Isabel, a fourth year English Literature student from Hong Kong, reflects on what helped her make the choice to study abroad at Glasgow.
I grew up in Hong Kong—a city that’s vastly different from Glasgow. Hong Kong is often dubbed as the place where ‘East meets West’ with its towering skyscrapers, crowded streets, bustling night markets and vibrant history. Nothing quite compares to the view of the skyline at night across the water from Victoria Harbour. Whenever I’m back home it always seems to me that the skyscrapers emerge almost naturally out of the mountainous landscape.
It’s essentially impossible to compare Glasgow and Hong Kong. The University is in the West End of Glasgow – a quirky, eclectic area of the city. It’s full of lovely restaurants and pubs, second-hand bookstores, and feels like the perfect mix between suburb and city. It’s super easy to walk everywhere, with the city centre of Glasgow being just over a half-hour walk away—or you can take the little subway (affectionately known as the ‘Clockwork Orange’—it’ll all make sense when you see the subway map). I’ll admit that having grown up using the seemingly endless MTR system, the subway did make me laugh!
Choosing to study abroad
I guess the question is ‘how on earth did I decide to move almost halfway across the world to Glasgow?’ Well, making the choice of which university to go to is by no means an easy one—especially when you’re going to be moving so far away from home. I’d always loved studying the arts and humanities at school, so I knew from my experiences with the IB Diploma that I definitely didn’t want to do a STEM subject at university (not that there’s anything wrong with STEM fields! I’ve just always leaned more towards wordy subjects—numbers are not my strong suit).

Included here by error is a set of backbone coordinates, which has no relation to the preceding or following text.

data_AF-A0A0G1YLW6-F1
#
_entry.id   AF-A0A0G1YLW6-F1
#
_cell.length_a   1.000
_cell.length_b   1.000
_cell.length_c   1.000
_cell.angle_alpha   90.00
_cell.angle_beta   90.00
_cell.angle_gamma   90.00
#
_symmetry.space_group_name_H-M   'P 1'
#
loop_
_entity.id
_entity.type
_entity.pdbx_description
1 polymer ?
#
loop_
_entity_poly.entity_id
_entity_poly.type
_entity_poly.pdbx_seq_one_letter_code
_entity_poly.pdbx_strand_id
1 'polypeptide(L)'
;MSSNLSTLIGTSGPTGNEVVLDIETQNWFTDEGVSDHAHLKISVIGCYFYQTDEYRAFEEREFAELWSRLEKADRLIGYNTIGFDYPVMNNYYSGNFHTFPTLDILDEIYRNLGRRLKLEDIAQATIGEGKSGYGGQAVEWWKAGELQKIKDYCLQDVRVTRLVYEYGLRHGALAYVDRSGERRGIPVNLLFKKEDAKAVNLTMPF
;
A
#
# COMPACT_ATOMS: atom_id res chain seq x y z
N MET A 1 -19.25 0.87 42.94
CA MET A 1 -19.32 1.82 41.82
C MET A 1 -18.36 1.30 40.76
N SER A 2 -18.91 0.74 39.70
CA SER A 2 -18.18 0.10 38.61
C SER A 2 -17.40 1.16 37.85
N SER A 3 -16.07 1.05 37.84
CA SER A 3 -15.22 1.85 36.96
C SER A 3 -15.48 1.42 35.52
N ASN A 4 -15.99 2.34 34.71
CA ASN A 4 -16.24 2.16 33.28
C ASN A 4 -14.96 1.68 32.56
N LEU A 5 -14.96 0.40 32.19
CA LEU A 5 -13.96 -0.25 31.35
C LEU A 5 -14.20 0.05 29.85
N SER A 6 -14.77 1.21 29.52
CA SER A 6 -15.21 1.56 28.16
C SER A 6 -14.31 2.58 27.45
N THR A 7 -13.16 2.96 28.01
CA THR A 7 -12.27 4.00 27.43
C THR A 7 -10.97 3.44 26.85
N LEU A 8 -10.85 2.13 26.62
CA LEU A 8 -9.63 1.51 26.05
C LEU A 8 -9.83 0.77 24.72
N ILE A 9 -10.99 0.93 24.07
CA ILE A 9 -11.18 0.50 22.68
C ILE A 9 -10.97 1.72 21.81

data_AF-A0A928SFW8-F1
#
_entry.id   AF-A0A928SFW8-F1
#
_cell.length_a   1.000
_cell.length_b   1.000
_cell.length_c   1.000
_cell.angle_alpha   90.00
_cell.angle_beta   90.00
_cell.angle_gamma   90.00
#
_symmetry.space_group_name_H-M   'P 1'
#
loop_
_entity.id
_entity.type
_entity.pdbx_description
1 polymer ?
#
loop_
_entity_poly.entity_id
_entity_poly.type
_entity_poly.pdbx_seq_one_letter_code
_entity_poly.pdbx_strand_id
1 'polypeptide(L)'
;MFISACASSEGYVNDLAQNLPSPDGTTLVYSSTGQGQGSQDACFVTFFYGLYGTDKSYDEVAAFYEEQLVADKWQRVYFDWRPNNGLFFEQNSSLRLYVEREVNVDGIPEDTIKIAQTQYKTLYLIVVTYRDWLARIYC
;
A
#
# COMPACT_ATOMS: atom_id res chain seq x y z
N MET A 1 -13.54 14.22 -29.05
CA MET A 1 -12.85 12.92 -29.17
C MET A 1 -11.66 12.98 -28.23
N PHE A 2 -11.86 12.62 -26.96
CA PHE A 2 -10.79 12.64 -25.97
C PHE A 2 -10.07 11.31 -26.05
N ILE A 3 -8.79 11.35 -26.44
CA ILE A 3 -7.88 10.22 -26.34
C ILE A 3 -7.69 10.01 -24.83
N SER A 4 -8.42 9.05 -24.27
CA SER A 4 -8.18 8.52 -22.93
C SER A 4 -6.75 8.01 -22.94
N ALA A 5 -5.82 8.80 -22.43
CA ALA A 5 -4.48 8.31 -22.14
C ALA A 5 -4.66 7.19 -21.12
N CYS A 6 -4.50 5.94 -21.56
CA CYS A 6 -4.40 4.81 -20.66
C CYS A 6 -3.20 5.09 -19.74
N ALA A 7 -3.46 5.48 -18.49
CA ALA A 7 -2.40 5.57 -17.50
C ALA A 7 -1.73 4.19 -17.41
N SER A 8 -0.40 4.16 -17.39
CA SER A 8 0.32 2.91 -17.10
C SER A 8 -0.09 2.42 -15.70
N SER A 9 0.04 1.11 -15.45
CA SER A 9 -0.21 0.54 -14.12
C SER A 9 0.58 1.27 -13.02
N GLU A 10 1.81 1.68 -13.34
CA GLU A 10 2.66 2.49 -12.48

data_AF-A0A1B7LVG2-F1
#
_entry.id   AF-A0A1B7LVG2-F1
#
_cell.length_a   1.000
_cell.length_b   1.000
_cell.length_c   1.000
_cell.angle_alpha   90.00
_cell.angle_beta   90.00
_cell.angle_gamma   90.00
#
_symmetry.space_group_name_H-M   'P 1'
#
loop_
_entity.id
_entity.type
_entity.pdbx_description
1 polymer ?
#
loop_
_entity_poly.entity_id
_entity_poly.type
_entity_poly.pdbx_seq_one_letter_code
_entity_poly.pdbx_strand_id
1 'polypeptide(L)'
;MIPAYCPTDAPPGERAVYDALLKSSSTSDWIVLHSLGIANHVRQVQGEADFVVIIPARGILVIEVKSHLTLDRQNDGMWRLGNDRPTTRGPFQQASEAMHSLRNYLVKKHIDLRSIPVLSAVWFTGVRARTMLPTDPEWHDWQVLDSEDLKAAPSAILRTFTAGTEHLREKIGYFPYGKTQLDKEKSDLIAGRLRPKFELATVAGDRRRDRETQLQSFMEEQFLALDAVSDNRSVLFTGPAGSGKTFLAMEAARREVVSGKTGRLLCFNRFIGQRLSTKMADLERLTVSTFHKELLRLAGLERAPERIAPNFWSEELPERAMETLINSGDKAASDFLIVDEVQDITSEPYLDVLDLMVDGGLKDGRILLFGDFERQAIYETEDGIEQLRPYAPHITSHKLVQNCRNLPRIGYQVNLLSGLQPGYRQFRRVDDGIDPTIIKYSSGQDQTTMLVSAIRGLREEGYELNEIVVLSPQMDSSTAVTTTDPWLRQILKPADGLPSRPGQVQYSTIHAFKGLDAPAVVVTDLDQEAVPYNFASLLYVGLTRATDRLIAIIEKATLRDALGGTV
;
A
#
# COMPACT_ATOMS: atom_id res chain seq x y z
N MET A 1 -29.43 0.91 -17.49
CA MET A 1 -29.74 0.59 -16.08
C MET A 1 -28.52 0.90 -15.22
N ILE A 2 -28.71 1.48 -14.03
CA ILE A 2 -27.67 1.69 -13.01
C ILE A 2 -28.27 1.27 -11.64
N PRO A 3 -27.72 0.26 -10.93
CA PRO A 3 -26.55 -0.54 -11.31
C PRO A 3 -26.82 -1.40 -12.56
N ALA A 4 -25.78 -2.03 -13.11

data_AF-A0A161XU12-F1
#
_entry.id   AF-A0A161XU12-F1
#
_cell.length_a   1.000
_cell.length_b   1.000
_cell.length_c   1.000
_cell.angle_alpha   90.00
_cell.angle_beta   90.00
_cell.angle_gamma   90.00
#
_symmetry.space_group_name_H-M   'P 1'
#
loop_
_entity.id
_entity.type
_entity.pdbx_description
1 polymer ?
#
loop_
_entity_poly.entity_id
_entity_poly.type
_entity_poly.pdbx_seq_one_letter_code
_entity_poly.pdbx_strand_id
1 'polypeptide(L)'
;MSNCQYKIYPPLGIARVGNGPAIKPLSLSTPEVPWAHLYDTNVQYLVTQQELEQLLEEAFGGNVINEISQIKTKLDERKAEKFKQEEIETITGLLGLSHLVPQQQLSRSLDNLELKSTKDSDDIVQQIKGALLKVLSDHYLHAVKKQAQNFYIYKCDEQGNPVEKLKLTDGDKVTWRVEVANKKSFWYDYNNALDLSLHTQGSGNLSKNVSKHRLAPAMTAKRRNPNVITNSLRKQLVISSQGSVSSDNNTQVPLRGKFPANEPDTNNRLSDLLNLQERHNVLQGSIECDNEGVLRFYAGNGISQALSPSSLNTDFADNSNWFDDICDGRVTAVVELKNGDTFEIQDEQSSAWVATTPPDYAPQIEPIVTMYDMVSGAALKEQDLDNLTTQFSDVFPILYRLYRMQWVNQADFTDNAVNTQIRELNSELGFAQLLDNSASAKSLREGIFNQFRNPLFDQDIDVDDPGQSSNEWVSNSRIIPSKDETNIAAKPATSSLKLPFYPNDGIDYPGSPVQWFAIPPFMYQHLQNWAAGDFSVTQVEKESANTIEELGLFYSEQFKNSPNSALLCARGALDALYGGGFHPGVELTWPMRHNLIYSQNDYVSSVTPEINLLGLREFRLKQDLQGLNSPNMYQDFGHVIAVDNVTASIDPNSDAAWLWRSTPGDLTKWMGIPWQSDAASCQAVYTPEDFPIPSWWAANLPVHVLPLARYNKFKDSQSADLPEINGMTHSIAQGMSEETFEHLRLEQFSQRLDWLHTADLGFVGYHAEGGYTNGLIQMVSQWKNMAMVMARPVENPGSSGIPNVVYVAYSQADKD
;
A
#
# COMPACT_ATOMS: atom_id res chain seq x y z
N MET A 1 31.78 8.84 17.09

The main problem I faced was my indecisiveness in terms of subject choice. I didn’t like that a lot of universities wanted me to do one subject and nothing else. How was I meant to know exactly what I wanted to do? This is where the University of Glasgow came into my life to save the day. The University firstly spoke for itself as a world-renowned, historically significant place to get an education (I won’t embarrass myself by saying that the main building looks particularly Hogwarts-esque… but it really does).
Flexibility at Glasgow
The University offers a flexible degree system. For your first two years, you study three subjects in both years—meaning that you’re given the opportunity to try new and exciting things. I eventually ended up applying for a joint honours degree in History of Art and English Literature, and alongside those subjects I also decided to take French for beginners.
My situation in second year was a little bit different from others. After first year, I didn’t want to continue with History of Art or French but needed another level 2 subject to take alongside level 2 English Literature and level 1 English Language and Linguistics. I got in touch with College of Arts admin to see what my options were—and since I had taken level 1 English Literature, I was able to go straight into level 2 of either Scottish Literature or Comparative Literature.
I chose to take Scottish Literature, and although I was a little bit apprehensive about it at first, it turned out to be one of the best choices I’ve made at university. It seems obvious, but where better to study songs by Rabbie Burns and poems by Walter Scott than at a university that has been at the centre of Scottish history and culture since 1451? Learning about the literary heritage of Scotland from academics who are at the forefront of research in Scottish Literature made me feel much more connected to Glasgow and encouraged me to explore the city further.